Qualified.. I find it strange term. Its a term that says to people you know what we want you to know. But when push comes to shove..... do you?
I think the answer to that is much like the exam post, you go to an interview, the interviewer asks you the questions that we all know the answers too. So i guess... Rope interviewing? hah...

So now i've been released into the real world, to find my place, to make my 'mark' as the educators have instructed us. We have given you all the tools... we have given you the best possible start.
Sometimes it feels like i got shown to the boat, given some wood, nails, hammer and saw, and pushed off while waving goodbye i look down to find all the holes in the bottom now appearing.



Monday, 3 October 2016

Group Assignments, bad learning.



So... taking this great course (INFO263) and we are going learn up to 5 different coding languages... Just a pity that we never really get taught them.

The assignment for this course is worth like 40%, (Woah!), and it's a group assignment (Groan).

I've always thought that group assignments would be great, Really - i did... past tense..
I thought that it was a bit conveyance of what (the uni calls) the real world is all about, after all it's not like we get stuck in the corner at work and told you have 2 hours to complete this task in silence.
No - we work in teams, in groups, in lots of things like that.

However - what the real world has and our "group projects" don't have is a manager.. a boss... el captaino... big honcho .. etc etc...
This makes the real world work better, as when your fellow group member maybe not putting as much effort into the assignment as they oughta be, then in the real world.. the boss gets angry.. then turns green and smashes up the place.
Oh - wait, thats' a different boss...

Anyways - that is my point of difference is, as grumpy as you can get with different members of your group - that's all it is. Grumpiness, they don't care, all of a sudden they get a passing mark for their assignment and they've done diddly squat .. in kiwi speak - that's nothing. literally.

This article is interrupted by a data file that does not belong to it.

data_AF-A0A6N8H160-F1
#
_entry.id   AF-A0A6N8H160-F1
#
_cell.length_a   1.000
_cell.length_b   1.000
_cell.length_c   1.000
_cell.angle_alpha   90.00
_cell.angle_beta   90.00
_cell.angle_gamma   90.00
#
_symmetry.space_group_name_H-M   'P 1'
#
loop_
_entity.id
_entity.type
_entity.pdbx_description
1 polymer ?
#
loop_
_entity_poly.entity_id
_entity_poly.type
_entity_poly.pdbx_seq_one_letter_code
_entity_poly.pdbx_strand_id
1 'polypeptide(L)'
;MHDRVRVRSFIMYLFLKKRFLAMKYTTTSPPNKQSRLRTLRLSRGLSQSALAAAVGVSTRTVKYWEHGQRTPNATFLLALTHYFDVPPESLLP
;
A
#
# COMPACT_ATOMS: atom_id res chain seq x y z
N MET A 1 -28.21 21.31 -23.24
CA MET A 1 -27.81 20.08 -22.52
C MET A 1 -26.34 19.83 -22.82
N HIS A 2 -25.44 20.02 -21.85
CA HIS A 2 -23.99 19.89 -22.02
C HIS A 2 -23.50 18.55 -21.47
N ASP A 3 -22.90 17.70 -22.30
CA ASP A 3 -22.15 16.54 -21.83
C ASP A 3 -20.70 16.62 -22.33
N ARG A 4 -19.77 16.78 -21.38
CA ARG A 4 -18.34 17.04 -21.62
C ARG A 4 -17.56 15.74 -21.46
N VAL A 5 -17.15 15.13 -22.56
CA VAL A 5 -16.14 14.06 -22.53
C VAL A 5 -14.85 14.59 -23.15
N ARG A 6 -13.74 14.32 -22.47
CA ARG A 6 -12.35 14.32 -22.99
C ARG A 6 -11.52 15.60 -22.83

So anyhow - back to the topic. 5 coding languages, HTML, CSS, PHP, MYSQL, Javascript. The lecturer seems to be in his own little world with this tho, because its an INFO course, Majority of students taking it are commerce. Meaning ... it's all about the money money money (admit it - you sang that in your head didn't you).

So when he's showing us javascript on the power point, and saying (and i quote).. "I don't know why you would need all this math stuff on a business website"... its because not everything in this world is related to commerce.. thats why.
There are other reasons why you can use php other than to build a bloody shopping cart.

Anyhow - learn't more in two days of Code Academy (seriously good) than in 5 weeks of lectures, and then to top it off - the exam was all about design or proposing a solution to a website... none of which was done in class.... gah - the horror... the shame..

Anyhow - gotta run to the next class.... later gators!